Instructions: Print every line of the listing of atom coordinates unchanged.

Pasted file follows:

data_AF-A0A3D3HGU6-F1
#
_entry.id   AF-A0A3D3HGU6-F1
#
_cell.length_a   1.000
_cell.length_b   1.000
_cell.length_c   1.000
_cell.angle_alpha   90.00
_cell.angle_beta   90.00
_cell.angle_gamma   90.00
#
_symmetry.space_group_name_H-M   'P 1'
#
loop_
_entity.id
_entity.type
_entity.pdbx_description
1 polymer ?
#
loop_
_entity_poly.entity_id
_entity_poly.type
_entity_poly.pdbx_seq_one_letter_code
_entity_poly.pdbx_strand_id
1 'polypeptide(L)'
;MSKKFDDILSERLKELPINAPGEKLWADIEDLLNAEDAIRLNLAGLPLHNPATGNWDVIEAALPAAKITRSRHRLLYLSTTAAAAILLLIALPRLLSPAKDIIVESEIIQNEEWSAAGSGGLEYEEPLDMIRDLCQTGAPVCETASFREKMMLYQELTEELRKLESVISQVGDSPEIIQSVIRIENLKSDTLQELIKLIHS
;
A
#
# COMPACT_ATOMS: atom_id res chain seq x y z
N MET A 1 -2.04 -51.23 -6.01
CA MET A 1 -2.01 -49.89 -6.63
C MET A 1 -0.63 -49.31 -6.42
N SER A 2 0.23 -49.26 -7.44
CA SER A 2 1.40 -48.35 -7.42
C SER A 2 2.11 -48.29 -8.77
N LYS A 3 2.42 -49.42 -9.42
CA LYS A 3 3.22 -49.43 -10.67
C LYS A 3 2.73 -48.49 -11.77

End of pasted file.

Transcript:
data_AF-A0A3D3HGU6-F1
#
_entry.id   AF-A0A3D3HGU6-F1
#
_cell.length_a   1.000
_cell.length_b   1.000
_cell.length_c   1.000
_cell.angle_alpha   90.00
_cell.angle_beta   90.00
_cell.angle_gamma   90.00
#
_symmetry.space_group_name_H-M   'P 1'
#
loop_
_entity.id
_entity.type
_entity.pdbx_description
1 polymer ?
#
loop_
_entity_poly.entity_id
_entity_poly.type
_entity_poly.pdbx_seq_one_letter_code
_entity_poly.pdbx_strand_id
1 'polypeptide(L)'
;MSKKFDDILSERLKELPINAPGEKLWADIEDLLNAEDAIRLNLAGLPLHNPATGNWDVIEAALPAAKITRSRHRLLYLSTTAAAAILLLIALPRLLSPAKDIIVESEIIQNEEWSAAGSGGLEYEEPLDMIRDLCQTGAPVCETASFREKMMLYQELTEELRKLESVISQVGDSPEIIQSVIRIENLKSDTLQELIKLIHS
;
A
#
# COMPACT_ATOMS: atom_id res chain seq x y z
N MET A 1 -2.04 -51.23 -6.01
CA MET A 1 -2.01 -49.89 -6.63
C MET A 1 -0.63 -49.31 -6.42
N SER A 2 0.23 -49.26 -7.44
CA SER A 2 1.40 -48.35 -7.42
C SER A 2 2.11 -48.29 -8.77
N LYS A 3 2.42 -49.42 -9.42
CA LYS A 3 3.22 -49.43 -10.67
C LYS A 3 2.73 -48.49 -11.77